Neuro Block 3-Pt-4

ptheodore's version from 2015-08-03 01:39

Brodmann’s Areas

Question Answer
44, 45Broca’s area
22Wernicke’s area
22, 39 and 40 Wernicke’s area
8Frontal eye field
4Primary motor gyrus
1,2,3Primary sensory gyrus
17Primary visual fields
9-12, 46, 47 Prefrontal cortex
5, 7 Somatosensory association cortex (upper part of parietal lobe)
20, 21, 22 Inferior, middle, superior temporal gyri
23, 24, 29-33Cingulate gyrus
18, 19Associations visual areas
41, 42primary auditory
6Supplementary motor area
28 and 34.Entorhinal cortex

Layers of the Cortex

Question Answer
Molecular Layer1
External granular layer2
External pyramidal layer3
Internal granular layer4
Ganglionic layer (internal pyramidal layer)5
Multiform layer (layer of polymorphic cells)6
What kind of cells are found in the granular layersStellate cells
What kind of cells are found in the superficial layersHorizontal (intracortical cells) (of Cajal)
What kind of cells are found in the deep layersFusiform cells
Betz cellsHuge pyramidal cells
Big betz cells are ONLY found in theMotor cortex
Main interneuron of the cortex. Stellate (granule) cells
Receives ARAS. Non specific afferents from intralaminar nucleus of thalamus and brainstem areas.Molecular layer (I)
Receives corpus callosum (callosal) and association afferents.External granule layer (II)
Association and commissural fibers originate here.External pyramidal layer (III)
Receives afferents from thalamic nuclei, ie. this is the termination point of thalamic relay neurons (specifically VPL and VPM for post central gyrus, LGN for visual cortex).Internal granule layer (IV)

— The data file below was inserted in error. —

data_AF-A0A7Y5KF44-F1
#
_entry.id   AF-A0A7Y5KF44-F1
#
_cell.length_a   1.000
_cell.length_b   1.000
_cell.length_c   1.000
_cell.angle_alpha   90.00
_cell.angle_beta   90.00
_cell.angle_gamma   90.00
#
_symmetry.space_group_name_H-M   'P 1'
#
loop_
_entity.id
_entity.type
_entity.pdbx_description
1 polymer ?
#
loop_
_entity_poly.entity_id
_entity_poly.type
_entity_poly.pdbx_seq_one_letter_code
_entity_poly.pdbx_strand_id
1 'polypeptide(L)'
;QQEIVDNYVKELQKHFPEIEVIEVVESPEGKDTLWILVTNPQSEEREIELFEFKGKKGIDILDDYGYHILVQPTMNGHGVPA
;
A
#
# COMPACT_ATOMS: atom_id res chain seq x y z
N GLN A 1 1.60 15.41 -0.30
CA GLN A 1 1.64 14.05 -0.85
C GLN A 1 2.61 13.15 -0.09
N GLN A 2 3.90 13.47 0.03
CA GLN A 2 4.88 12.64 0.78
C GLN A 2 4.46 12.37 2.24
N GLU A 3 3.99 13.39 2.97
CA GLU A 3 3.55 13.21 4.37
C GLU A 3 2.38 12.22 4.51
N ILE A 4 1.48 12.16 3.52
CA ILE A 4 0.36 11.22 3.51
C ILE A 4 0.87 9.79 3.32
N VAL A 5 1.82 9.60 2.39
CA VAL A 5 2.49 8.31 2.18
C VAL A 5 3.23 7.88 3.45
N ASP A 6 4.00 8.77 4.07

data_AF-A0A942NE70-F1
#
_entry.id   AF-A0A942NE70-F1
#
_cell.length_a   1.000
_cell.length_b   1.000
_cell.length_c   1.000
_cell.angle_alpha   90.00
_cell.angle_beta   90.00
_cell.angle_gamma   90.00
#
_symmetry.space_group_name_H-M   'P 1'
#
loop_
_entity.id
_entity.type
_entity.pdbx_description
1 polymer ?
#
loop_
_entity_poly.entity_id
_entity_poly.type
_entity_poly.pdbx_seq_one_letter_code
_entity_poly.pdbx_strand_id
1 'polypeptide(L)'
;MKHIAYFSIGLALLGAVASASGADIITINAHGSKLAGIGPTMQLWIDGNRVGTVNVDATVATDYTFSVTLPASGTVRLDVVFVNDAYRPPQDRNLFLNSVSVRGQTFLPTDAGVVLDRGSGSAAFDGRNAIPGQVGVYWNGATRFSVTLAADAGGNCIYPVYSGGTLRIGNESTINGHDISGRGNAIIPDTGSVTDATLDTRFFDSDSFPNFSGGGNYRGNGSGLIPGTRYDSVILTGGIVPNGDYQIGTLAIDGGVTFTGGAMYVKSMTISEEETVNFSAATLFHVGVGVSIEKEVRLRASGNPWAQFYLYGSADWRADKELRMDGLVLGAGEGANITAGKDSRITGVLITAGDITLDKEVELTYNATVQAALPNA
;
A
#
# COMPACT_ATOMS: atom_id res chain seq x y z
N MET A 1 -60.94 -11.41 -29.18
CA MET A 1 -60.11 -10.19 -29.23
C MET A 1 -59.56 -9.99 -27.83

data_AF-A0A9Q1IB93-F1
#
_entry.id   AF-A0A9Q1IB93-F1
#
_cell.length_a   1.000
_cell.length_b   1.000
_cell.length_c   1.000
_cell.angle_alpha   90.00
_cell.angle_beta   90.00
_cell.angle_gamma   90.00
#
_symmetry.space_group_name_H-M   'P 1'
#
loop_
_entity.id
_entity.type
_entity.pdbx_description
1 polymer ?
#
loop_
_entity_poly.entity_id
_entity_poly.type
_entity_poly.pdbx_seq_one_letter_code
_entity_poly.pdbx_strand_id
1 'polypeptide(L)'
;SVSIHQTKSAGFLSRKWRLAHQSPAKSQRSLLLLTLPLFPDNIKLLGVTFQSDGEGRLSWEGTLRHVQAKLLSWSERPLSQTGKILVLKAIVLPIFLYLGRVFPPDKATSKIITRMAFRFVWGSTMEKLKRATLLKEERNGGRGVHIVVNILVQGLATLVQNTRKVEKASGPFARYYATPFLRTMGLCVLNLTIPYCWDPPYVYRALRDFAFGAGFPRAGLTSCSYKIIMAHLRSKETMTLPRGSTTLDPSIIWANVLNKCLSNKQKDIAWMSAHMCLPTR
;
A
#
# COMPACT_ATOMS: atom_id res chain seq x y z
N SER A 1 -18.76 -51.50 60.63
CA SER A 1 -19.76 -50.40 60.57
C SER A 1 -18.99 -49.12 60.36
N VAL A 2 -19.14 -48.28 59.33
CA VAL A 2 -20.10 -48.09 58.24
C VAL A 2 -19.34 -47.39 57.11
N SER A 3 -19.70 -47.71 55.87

Origin of motor tracts (corticospinal, corticobulbar, and corticostriatal fibers)Internal pyramidal layer (V)/Ganglionic Layer
Also gives rise to association and commissural fibers; most corticothalamic.Multiform layer (VI)
Granular layers (2, 4) are very big, but pyramidal layers (3, 5) are not. This is the typical arrangement in major sensory areas (like postcentral gyrus).Granular
Pyramidal layers (3, 5) are very big, but granular layers (2, 4) are not. Obvious example is precentral gyrus.Agranular
The Columns of the coxted are linked viahorizontal (intracortical) cells


Question Answer
Akinetic mutism (patients don’t tend to move or speak) or tactile agnosia (can’t recognize objects by touch).Genu (Anterior) of Corpus Callosum
Alexia without agraphia (can’t read but can write)Splenium (Posterior) of Corpus Callosum
Genu of corpus callosum also known asForceps Minor
Splenium of corpus callosum also known asForceps Major.
Connects the pretectal nuclei (tectum), for pupillary light reflex.Posterior commissure
Lesion results in loss of consensual, BUT NOT direct, light response.Posterior commissure
Connects the hippocampus with contralateral mammillary body.Fornix
Some olfactory axons cross here, also some spinothalamic axons.Anterior commissure